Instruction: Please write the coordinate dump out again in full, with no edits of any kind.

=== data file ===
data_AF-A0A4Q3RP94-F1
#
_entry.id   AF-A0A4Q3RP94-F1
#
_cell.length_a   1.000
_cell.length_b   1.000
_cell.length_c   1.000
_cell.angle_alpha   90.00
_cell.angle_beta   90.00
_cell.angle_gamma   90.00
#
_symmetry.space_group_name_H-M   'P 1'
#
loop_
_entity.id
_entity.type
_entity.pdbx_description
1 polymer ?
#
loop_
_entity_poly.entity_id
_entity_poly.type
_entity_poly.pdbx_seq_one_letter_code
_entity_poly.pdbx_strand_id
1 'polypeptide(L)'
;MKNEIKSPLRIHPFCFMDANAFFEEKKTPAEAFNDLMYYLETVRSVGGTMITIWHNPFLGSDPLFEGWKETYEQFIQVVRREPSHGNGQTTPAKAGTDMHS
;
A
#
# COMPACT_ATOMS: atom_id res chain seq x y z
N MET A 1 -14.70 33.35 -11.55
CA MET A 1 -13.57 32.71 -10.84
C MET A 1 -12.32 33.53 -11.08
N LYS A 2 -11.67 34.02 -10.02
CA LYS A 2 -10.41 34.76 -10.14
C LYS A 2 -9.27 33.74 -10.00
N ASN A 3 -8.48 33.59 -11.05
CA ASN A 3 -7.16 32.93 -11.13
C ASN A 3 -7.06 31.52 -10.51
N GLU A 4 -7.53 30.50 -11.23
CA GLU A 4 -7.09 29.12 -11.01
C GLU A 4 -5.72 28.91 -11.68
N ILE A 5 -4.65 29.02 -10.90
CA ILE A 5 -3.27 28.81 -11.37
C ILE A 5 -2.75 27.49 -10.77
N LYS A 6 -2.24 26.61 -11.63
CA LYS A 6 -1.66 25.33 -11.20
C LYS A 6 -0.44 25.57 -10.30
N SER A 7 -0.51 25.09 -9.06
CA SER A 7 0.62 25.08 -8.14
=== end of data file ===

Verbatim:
data_AF-A0A4Q3RP94-F1
#
_entry.id   AF-A0A4Q3RP94-F1
#
_cell.length_a   1.000
_cell.length_b   1.000
_cell.length_c   1.000
_cell.angle_alpha   90.00
_cell.angle_beta   90.00
_cell.angle_gamma   90.00
#
_symmetry.space_group_name_H-M   'P 1'
#
loop_
_entity.id
_entity.type
_entity.pdbx_description
1 polymer ?
#
loop_
_entity_poly.entity_id
_entity_poly.type
_entity_poly.pdbx_seq_one_letter_code
_entity_poly.pdbx_strand_id
1 'polypeptide(L)'
;MKNEIKSPLRIHPFCFMDANAFFEEKKTPAEAFNDLMYYLETVRSVGGTMITIWHNPFLGSDPLFEGWKETYEQFIQVVRREPSHGNGQTTPAKAGTDMHS
;
A
#
# COMPACT_ATOMS: atom_id res chain seq x y z
N MET A 1 -14.70 33.35 -11.55
CA MET A 1 -13.57 32.71 -10.84
C MET A 1 -12.32 33.53 -11.08
N LYS A 2 -11.67 34.02 -10.02
CA LYS A 2 -10.41 34.76 -10.14
C LYS A 2 -9.27 33.74 -10.00
N ASN A 3 -8.48 33.59 -11.05
CA ASN A 3 -7.16 32.93 -11.13
C ASN A 3 -7.06 31.52 -10.51
N GLU A 4 -7.53 30.50 -11.23
CA GLU A 4 -7.09 29.12 -11.01
C GLU A 4 -5.72 28.91 -11.68
N ILE A 5 -4.65 29.02 -10.90
CA ILE A 5 -3.27 28.81 -11.37
C ILE A 5 -2.75 27.49 -10.77
N LYS A 6 -2.24 26.61 -11.63
CA LYS A 6 -1.66 25.33 -11.20
C LYS A 6 -0.44 25.57 -10.30
N SER A 7 -0.51 25.09 -9.06
CA SER A 7 0.62 25.08 -8.14